Pro tip: Extend your arms fully before repeating.


This is one of the hardest, most unobtainable exercises known to the world of recreational weightlifters. You basically explode so hard through a pull-up that your body sails over the bar and you glide effortlessly into a dip, throwing the majority of your body over the bar.

Sound cool? Yes. Sound impossible? Almost. (If you can do 10+ pull-ups, you can do a muscle-up.)

Do it right:

  1. Start in a pull-up position and swing your legs gently forward to build momentum.
  2. Once your legs are swinging back, pull up as explosively as you can while tucking your knees toward your chest — this will help you swing up and around the bar. (Not done yet, though!)
  3. As you’re moving your chest over and around the bar, perform a dip to push yourself all the way to the top of the exercise — arms locked out, knees hanging just below the bar.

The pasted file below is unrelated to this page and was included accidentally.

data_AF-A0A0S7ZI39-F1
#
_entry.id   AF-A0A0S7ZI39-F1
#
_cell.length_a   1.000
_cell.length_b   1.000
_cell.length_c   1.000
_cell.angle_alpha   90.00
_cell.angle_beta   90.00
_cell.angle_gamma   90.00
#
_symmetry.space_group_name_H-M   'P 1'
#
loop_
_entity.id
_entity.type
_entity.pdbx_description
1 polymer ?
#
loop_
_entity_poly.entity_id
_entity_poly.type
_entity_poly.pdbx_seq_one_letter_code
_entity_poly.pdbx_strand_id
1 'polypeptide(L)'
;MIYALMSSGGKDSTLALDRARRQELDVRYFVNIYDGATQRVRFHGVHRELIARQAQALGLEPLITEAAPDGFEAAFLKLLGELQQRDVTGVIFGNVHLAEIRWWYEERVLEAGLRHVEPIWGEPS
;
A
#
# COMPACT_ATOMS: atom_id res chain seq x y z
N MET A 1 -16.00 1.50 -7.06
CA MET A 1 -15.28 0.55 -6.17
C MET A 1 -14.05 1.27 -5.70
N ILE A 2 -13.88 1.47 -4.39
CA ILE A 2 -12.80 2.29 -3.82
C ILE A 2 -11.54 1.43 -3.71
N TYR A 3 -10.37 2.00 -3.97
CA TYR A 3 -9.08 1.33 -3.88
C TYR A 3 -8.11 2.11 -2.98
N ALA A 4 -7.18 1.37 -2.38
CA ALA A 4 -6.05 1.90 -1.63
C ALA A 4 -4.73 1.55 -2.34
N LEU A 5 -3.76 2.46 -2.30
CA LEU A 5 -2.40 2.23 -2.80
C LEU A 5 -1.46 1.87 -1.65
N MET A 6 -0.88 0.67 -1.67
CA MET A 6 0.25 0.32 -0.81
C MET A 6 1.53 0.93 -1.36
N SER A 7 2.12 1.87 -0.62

4. Lower yourself back down.

Pro tips:

  • Practice pull-ups, dips, and swinging your knees while hanging from the bar.
  • Don’t be afraid to kick and swing your legs on this chin-up variation: You’ll need the momentum to assist your muscles here.
  • Keep your arms locked into your sides on the dip.

First things first: Know thyself. Your perfect workout has to be a good combination of rational and aspirational. You wouldn’t want to settle for 10 minutes of Supermans if you’re a newbie, but you definitely wouldn’t want to include muscle-ups in there, either.

As a general rule, your workouts should combine pull-down and row movements. The pull-downs are “width” exercises, while the rows build thickness and density, says Pete Gaffney, founder and head trainer at PGPT.

And before you start any workout routine, remember the advice of your fifth grade gym teacher: Don’t forget to warm up! In this case, our gym teacher is James Shapiro, an NYC-based certified personal trainer.

“Be sure to warm up your shoulders and activate your deep core muscles before any of these exercises,” says Shapiro. “This will help you get the most of your workout and prevent injury.”